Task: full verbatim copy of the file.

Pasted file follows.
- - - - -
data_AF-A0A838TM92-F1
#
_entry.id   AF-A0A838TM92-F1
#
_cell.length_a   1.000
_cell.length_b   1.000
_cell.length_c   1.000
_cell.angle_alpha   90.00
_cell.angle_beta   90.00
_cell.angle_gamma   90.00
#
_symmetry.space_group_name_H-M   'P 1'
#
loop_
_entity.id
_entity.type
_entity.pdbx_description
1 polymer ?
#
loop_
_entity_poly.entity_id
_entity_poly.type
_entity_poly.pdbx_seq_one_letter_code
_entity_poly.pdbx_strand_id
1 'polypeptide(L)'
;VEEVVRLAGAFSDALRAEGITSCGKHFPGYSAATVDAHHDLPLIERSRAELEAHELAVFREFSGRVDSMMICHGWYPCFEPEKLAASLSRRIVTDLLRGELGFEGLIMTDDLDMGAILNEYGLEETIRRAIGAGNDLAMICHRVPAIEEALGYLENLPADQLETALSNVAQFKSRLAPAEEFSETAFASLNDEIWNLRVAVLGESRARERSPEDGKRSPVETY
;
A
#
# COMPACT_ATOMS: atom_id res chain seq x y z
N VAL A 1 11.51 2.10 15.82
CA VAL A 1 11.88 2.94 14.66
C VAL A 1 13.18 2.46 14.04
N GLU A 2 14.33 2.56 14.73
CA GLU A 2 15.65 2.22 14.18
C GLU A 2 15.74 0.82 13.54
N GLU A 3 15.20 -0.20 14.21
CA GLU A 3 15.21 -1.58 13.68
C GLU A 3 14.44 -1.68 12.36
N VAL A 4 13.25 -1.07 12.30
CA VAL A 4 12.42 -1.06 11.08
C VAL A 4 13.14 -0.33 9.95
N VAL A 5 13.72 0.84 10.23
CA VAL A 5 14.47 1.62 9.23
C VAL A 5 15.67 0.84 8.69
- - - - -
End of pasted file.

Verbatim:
data_AF-A0A838TM92-F1
#
_entry.id   AF-A0A838TM92-F1
#
_cell.length_a   1.000
_cell.length_b   1.000
_cell.length_c   1.000
_cell.angle_alpha   90.00
_cell.angle_beta   90.00
_cell.angle_gamma   90.00
#
_symmetry.space_group_name_H-M   'P 1'
#
loop_
_entity.id
_entity.type
_entity.pdbx_description
1 polymer ?
#
loop_
_entity_poly.entity_id
_entity_poly.type
_entity_poly.pdbx_seq_one_letter_code
_entity_poly.pdbx_strand_id
1 'polypeptide(L)'
;VEEVVRLAGAFSDALRAEGITSCGKHFPGYSAATVDAHHDLPLIERSRAELEAHELAVFREFSGRVDSMMICHGWYPCFEPEKLAASLSRRIVTDLLRGELGFEGLIMTDDLDMGAILNEYGLEETIRRAIGAGNDLAMICHRVPAIEEALGYLENLPADQLETALSNVAQFKSRLAPAEEFSETAFASLNDEIWNLRVAVLGESRARERSPEDGKRSPVETY
;
A
#
# COMPACT_ATOMS: atom_id res chain seq x y z
N VAL A 1 11.51 2.10 15.82
CA VAL A 1 11.88 2.94 14.66
C VAL A 1 13.18 2.46 14.04
N GLU A 2 14.33 2.56 14.73
CA GLU A 2 15.65 2.22 14.18
C GLU A 2 15.74 0.82 13.54
N GLU A 3 15.20 -0.20 14.21
CA GLU A 3 15.21 -1.58 13.68
C GLU A 3 14.44 -1.68 12.36
N VAL A 4 13.25 -1.07 12.30
CA VAL A 4 12.42 -1.06 11.08
C VAL A 4 13.14 -0.33 9.95
N VAL A 5 13.72 0.84 10.23
CA VAL A 5 14.47 1.62 9.23
C VAL A 5 15.67 0.84 8.69